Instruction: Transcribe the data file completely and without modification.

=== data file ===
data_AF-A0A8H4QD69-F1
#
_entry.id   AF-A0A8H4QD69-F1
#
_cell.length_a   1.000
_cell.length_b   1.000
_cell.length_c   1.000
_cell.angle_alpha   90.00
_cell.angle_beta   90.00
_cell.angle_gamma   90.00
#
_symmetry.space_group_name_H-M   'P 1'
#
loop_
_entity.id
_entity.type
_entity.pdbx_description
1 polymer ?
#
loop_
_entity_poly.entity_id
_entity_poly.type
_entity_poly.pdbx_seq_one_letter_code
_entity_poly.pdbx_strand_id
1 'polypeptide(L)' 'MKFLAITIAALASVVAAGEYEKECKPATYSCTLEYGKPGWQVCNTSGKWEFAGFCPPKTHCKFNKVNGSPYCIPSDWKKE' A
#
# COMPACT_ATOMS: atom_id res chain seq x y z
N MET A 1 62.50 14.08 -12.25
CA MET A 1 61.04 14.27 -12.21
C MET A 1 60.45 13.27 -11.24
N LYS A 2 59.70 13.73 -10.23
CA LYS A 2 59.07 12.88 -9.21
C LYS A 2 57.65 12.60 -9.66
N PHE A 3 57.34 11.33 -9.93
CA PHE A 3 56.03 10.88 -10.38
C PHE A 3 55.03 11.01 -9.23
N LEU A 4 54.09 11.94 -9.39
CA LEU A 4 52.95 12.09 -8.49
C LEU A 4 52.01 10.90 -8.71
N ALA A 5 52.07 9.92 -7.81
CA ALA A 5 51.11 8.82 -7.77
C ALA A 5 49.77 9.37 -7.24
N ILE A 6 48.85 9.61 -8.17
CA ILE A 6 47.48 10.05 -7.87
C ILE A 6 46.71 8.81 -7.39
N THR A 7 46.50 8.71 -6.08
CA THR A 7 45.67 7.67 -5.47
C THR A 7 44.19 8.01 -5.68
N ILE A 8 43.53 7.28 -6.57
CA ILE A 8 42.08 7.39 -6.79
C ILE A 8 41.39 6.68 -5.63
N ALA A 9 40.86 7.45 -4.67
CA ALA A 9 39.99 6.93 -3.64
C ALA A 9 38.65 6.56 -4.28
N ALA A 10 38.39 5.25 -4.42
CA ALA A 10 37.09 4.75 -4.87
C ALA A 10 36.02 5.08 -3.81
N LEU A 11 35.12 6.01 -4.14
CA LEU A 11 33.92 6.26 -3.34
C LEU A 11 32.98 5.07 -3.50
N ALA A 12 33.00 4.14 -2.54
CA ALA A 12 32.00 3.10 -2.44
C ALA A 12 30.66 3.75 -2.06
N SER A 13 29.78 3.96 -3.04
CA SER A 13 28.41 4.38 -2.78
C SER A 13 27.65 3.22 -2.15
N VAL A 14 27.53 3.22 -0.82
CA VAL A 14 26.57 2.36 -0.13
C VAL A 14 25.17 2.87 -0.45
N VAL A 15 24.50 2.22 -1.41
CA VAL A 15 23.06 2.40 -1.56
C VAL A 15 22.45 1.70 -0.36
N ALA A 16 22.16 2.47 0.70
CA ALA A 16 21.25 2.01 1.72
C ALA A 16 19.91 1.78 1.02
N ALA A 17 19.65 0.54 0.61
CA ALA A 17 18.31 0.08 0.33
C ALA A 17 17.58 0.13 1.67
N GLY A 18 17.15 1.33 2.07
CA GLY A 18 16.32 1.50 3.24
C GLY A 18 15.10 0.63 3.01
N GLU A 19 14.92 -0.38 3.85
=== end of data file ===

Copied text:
data_AF-A0A8H4QD69-F1
#
_entry.id   AF-A0A8H4QD69-F1
#
_cell.length_a   1.000
_cell.length_b   1.000
_cell.length_c   1.000
_cell.angle_alpha   90.00
_cell.angle_beta   90.00
_cell.angle_gamma   90.00
#
_symmetry.space_group_name_H-M   'P 1'
#
loop_
_entity.id
_entity.type
_entity.pdbx_description
1 polymer ?
#
loop_
_entity_poly.entity_id
_entity_poly.type
_entity_poly.pdbx_seq_one_letter_code
_entity_poly.pdbx_strand_id
1 'polypeptide(L)' 'MKFLAITIAALASVVAAGEYEKECKPATYSCTLEYGKPGWQVCNTSGKWEFAGFCPPKTHCKFNKVNGSPYCIPSDWKKE' A
#
# COMPACT_ATOMS: atom_id res chain seq x y z
N MET A 1 62.50 14.08 -12.25
CA MET A 1 61.04 14.27 -12.21
C MET A 1 60.45 13.27 -11.24
N LYS A 2 59.70 13.73 -10.23
CA LYS A 2 59.07 12.88 -9.21
C LYS A 2 57.65 12.60 -9.66
N PHE A 3 57.34 11.33 -9.93
CA PHE A 3 56.03 10.88 -10.38
C PHE A 3 55.03 11.01 -9.23
N LEU A 4 54.09 11.94 -9.39
CA LEU A 4 52.95 12.09 -8.49
C LEU A 4 52.01 10.90 -8.71
N ALA A 5 52.07 9.92 -7.81
CA ALA A 5 51.11 8.82 -7.77
C ALA A 5 49.77 9.37 -7.24
N ILE A 6 48.85 9.61 -8.17
CA ILE A 6 47.48 10.05 -7.87
C ILE A 6 46.71 8.81 -7.39
N THR A 7 46.50 8.71 -6.08
CA THR A 7 45.67 7.67 -5.47
C THR A 7 44.19 8.01 -5.68
N ILE A 8 43.53 7.28 -6.57
CA ILE A 8 42.08 7.39 -6.79
C ILE A 8 41.39 6.68 -5.63
N ALA A 9 40.86 7.45 -4.67
CA ALA A 9 39.99 6.93 -3.64
C ALA A 9 38.65 6.56 -4.28
N ALA A 10 38.39 5.25 -4.42
CA ALA A 10 37.09 4.75 -4.87
C ALA A 10 36.02 5.08 -3.81
N LEU A 11 35.12 6.01 -4.14
CA LEU A 11 33.92 6.26 -3.34
C LEU A 11 32.98 5.07 -3.50
N ALA A 12 33.00 4.14 -2.54
CA ALA A 12 32.00 3.10 -2.44
C ALA A 12 30.66 3.75 -2.06
N SER A 13 29.78 3.96 -3.04
CA SER A 13 28.41 4.38 -2.78
C SER A 13 27.65 3.22 -2.15
N VAL A 14 27.53 3.22 -0.82
CA VAL A 14 26.57 2.36 -0.13
C VAL A 14 25.17 2.87 -0.45
N VAL A 15 24.50 2.22 -1.41
CA VAL A 15 23.06 2.40 -1.56
C VAL A 15 22.45 1.70 -0.36
N ALA A 16 22.16 2.47 0.70
CA ALA A 16 21.25 2.01 1.72
C ALA A 16 19.91 1.78 1.02
N ALA A 17 19.65 0.54 0.61
CA ALA A 17 18.31 0.08 0.33
C ALA A 17 17.58 0.13 1.67
N GLY A 18 17.15 1.33 2.07
CA GLY A 18 16.32 1.50 3.24
C GLY A 18 15.10 0.63 3.01
N GLU A 19 14.92 -0.38 3.85